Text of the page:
Other Writing[edit]

In 2002, Callahan wrote Kindred Spirits, a history of the Harvard Business School Class of 1949.[24] In an interview about the book with The New York Times, Callahan contrasted this earlier group of business leaders, many of whom frowned on conspicuous consumption, with later generations of business leaders more motivated by greed.[24]

Callahan is the author of several other books. These include Fortunes of Change: The Rise of the Liberal Rich and the Remaking of America (2010), which argues that the rise of the knowledge economy has led to ideological shifts within the U.S. upper class, and The Moral Center (2006),[25] which examines how a market-based economy, i.e. capitalism, with its elevation of self-interest, undermines values that both liberals and conservatives care about. The American Prospect reviewed The Moral Center."[26]

Callahan has published two books on U.S. foreign policy:Dangerous Capabilities, a biography of Paul Nitze, and Unwinnable Wars, a study of U.S. involvement in such ethnic conflicts as the wars in Bosnia, Rwanda, Lebanon, and Biafra.

Callahan has written articles for The Washington Post, Los Angeles Times, The New York Times, Foreign Policy, The American Prospect, and The Nation.[27]

Books[edit]

References[edit]

  1. ^ "Front Page". Inside Philanthropy. Retrieved 2018-01-18. 
  2. ^ "Philanthropy Awards, 2017". Inside Philanthropy. Retrieved 2018-01-18. 
  3. ^ "Subscribe". Inside Philanthropy. Retrieved 2018-01-18. 
  4. ^ "About Us". Inside Philanthropy. Retrieved 2018-01-18. 
  5. ^ Sullivan, Paul (2017-04-14). "How Top Philanthropists Wield Power Through Their Donations". The New York Times. ISSN 0362-4331. Retrieved 2018-01-18. 
  6. ^ Kaiser, Robert G. (2017-04-14). "Opinion | Are you rich enough to be a true philanthropist?". Washington Post. ISSN 0190-8286. Retrieved 2018-01-18.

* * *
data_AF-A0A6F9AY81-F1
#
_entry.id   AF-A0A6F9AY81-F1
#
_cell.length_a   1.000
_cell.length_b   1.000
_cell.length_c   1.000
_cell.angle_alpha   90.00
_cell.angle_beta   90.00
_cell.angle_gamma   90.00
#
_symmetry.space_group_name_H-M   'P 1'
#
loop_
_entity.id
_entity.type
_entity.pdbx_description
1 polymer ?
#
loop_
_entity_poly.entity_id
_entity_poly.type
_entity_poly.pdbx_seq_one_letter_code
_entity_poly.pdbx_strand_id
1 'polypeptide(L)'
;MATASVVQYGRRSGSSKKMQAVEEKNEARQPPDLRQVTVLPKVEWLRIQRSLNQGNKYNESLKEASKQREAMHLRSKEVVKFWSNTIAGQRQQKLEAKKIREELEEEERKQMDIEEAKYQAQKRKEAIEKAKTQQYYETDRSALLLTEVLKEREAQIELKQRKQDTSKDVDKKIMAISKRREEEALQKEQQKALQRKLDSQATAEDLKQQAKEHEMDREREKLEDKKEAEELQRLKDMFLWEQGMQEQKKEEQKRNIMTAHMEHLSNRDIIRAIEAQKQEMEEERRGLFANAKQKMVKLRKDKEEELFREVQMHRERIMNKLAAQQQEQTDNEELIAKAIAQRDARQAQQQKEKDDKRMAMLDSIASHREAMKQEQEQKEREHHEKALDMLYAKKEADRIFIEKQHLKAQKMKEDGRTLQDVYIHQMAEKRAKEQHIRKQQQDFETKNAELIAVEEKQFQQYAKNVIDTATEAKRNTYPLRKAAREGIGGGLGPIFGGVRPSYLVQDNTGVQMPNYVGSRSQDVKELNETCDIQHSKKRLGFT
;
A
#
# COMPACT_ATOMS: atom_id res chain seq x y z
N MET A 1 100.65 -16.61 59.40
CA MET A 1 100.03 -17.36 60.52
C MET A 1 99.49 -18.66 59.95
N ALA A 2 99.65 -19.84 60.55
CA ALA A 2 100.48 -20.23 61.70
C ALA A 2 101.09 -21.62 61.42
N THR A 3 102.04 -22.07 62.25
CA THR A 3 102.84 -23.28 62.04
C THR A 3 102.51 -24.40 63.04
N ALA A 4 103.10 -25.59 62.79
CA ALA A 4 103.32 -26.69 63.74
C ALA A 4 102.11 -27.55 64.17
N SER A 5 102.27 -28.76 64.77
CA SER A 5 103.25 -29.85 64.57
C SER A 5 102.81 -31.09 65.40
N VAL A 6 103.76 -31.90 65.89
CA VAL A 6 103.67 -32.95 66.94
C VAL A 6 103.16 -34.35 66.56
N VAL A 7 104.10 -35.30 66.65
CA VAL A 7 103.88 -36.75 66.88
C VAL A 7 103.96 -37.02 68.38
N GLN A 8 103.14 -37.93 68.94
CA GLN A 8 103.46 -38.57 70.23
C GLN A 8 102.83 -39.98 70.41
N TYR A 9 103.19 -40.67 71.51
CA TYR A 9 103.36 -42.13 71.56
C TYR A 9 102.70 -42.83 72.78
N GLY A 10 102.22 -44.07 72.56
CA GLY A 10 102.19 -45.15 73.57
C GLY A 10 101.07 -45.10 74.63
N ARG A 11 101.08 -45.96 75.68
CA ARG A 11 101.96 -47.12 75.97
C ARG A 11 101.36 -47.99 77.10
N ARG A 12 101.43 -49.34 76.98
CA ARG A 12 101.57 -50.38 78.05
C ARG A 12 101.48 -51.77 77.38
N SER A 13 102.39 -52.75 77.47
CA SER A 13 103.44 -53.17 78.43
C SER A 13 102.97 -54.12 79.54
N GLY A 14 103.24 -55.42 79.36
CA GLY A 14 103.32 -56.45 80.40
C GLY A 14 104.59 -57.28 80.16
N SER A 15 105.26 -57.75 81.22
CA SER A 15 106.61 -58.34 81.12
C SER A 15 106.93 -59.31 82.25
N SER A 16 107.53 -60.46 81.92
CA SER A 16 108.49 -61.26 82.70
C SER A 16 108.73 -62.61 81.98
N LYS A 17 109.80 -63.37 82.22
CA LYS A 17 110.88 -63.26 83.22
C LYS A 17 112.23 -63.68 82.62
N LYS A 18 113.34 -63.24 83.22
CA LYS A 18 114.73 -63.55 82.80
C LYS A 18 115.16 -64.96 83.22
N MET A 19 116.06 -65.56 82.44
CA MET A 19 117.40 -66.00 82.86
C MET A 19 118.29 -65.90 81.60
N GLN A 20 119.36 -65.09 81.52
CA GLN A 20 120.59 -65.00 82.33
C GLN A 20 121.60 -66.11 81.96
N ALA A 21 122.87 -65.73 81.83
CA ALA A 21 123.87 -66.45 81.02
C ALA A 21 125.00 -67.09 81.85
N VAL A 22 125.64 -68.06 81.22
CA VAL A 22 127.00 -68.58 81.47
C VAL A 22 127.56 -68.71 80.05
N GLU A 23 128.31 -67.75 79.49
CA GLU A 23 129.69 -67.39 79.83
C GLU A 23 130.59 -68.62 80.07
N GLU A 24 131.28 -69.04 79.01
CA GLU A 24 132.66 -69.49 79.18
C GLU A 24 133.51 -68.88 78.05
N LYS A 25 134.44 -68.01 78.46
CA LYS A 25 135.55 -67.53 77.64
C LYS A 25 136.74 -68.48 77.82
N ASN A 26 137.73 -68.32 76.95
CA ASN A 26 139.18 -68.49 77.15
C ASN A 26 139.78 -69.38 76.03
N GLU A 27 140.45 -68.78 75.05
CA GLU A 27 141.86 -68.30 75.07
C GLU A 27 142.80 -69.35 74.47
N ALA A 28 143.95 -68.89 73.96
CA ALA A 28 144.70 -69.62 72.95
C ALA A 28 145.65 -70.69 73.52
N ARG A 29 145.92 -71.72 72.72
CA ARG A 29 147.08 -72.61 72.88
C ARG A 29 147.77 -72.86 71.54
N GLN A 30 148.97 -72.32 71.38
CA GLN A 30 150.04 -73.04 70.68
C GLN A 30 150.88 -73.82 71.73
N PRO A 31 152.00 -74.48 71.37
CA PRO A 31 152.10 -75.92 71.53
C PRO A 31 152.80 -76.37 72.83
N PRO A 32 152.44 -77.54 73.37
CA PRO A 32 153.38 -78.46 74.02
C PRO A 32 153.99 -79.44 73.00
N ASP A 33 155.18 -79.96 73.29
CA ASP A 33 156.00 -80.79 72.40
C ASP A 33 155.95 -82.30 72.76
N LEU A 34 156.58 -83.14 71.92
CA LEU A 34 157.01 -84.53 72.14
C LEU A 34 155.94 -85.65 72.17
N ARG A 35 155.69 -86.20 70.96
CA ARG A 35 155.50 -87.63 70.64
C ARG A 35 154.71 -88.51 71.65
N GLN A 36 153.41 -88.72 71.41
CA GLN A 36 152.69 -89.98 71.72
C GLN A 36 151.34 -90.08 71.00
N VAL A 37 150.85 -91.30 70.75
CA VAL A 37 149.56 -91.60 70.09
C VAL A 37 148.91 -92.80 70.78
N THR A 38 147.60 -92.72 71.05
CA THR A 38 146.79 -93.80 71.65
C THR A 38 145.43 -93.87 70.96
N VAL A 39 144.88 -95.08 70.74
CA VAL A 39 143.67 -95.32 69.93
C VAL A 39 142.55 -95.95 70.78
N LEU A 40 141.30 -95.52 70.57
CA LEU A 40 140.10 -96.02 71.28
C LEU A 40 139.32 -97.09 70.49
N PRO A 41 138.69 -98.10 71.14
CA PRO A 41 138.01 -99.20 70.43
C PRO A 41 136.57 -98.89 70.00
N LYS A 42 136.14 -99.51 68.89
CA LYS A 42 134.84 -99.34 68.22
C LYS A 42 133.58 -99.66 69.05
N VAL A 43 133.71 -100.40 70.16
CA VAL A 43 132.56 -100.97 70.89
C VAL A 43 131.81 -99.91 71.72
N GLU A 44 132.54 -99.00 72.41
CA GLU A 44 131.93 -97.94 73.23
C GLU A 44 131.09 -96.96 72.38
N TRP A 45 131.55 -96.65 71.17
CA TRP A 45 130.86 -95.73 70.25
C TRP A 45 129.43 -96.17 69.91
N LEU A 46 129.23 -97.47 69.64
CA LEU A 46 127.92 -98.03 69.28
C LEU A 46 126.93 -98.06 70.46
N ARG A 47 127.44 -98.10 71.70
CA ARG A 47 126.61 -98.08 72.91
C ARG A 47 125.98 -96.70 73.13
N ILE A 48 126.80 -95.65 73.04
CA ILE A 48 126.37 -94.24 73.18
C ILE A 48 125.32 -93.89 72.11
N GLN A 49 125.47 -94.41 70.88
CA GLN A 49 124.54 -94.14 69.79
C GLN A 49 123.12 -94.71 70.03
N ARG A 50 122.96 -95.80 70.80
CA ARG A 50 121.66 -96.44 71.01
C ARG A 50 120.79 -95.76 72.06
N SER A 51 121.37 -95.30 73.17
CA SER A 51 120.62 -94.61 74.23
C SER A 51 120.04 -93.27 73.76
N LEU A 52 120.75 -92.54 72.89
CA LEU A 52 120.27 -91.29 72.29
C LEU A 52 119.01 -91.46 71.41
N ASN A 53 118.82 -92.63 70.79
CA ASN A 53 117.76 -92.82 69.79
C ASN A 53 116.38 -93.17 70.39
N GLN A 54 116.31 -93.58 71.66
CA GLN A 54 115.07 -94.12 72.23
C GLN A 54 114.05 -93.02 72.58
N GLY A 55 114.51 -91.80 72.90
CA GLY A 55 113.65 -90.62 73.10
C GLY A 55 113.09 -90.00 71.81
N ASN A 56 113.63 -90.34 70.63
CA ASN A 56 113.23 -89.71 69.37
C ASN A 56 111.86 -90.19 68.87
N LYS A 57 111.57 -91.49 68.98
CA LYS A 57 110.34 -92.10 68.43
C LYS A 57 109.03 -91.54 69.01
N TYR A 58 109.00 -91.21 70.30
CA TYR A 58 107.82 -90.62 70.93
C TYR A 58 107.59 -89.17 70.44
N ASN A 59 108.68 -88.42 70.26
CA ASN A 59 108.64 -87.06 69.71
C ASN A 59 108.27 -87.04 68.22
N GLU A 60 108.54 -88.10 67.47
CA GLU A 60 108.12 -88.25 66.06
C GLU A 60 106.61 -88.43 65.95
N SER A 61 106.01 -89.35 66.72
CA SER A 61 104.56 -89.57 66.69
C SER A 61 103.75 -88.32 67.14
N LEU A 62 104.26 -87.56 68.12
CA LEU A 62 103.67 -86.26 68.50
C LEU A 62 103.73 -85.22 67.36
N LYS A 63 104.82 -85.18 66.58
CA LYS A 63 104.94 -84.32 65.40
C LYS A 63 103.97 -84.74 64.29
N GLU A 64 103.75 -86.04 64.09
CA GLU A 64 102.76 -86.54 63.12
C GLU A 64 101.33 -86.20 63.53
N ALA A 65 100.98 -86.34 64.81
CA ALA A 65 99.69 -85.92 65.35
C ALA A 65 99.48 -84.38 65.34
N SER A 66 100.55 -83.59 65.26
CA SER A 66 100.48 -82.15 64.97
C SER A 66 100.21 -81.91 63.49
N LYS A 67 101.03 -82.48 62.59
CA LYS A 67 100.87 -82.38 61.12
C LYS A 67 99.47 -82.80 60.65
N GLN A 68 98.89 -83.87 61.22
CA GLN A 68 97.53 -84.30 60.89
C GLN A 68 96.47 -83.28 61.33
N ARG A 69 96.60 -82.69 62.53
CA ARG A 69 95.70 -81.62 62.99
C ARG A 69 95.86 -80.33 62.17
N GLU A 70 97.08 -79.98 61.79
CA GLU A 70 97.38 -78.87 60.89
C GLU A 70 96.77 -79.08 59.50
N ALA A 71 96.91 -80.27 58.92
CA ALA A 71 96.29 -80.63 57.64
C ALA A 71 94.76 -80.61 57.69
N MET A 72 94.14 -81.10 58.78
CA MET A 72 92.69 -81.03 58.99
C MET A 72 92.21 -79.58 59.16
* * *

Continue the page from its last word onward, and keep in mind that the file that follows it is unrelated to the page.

7. ^ "Wall Street Journal" (PDF). 
  8. ^ "Subscribe to read". Financial Times. Retrieved 2018-01-18. 
  9. ^ "'The Givers' Review: The Pitfalls of Giving It All Away". Time. Retrieved 2018-01-18. 
  10. ^ Semuels, Alana. "The Problem With Modern Philanthropy". The Atlantic. Retrieved 2018-01-18. 
  11. ^ "Philanthropy In America Is Becoming 'Ideological Arms Race,' Author Says". NPR.org. Retrieved 2018-01-18. 
  12. ^ a b The Philanthropists Secretly Shaping America, retrieved 2018-01-18 
  13. ^ Wealth, Power, and Philanthropy in a New Gilded Age by The New York Public Library, retrieved 2018-01-18 
  14. ^ Ed Mays (2017-04-25), David Callahan: Wealth, Power, and Philanthropy, retrieved 2018-01-18 
  15. ^ "Commonwealth Club of San Francisco". 
  16. ^ "Opinion: 'The Givers' Are Taking Too Much From Average Americans". The Chronicle of Philanthropy. 2017-07-06. Retrieved 2018-01-18. 
  17. ^ "Give and Take (SSIR)". ssir.org. Retrieved 2018-01-18. 
  18. ^ "Damaging Solutions in Search of a Problem | Excellence in Philanthropy | The Philanthropy Roundtable". Retrieved 2018-01-18. 
  19. ^ "Philanthropy in a Neoliberal Age: A Review of David Callahan's THE GIVERS". HistPhil. 2017-06-12. Retrieved 2018-01-18. 
  20. ^ "Does Big Philanthropy Threaten Democracy? A Dialogue on The Givers". Inside Philanthropy. Retrieved 2018-01-18. 
  21. ^ "Debating Big Philanthropy: Criticisms of The Givers—and My Responses". Inside Philanthropy. Retrieved 2018-01-18. 
  22. ^ Hedges, Chris (June 15, 2004). "A Liberal With a New Emphasis on Old Values". New York Times. 
  23. ^ Sanchez, Julian (July 2004). "Cheating Heart". Reason. 
  24. ^ a b Holstein, William J. (October 27, 2002). "What a Class of '49 Can Teach the Class of '02". The New York Times. Retrieved October 23, 2010. 
  25. ^ Sager, Ryan (November 2, 2006). "The Republicans Will Play Solitaire". The New York Sun. Retrieved October 23, 2010. 
  26. ^ Stone, Deborah. (November 19, 2006). "The Good in Good Politics". The American Prospect. Retrieved April 9, 2012. 
  27. ^ Demos Expert Bios

External links[edit]

Articles by Callahan[edit]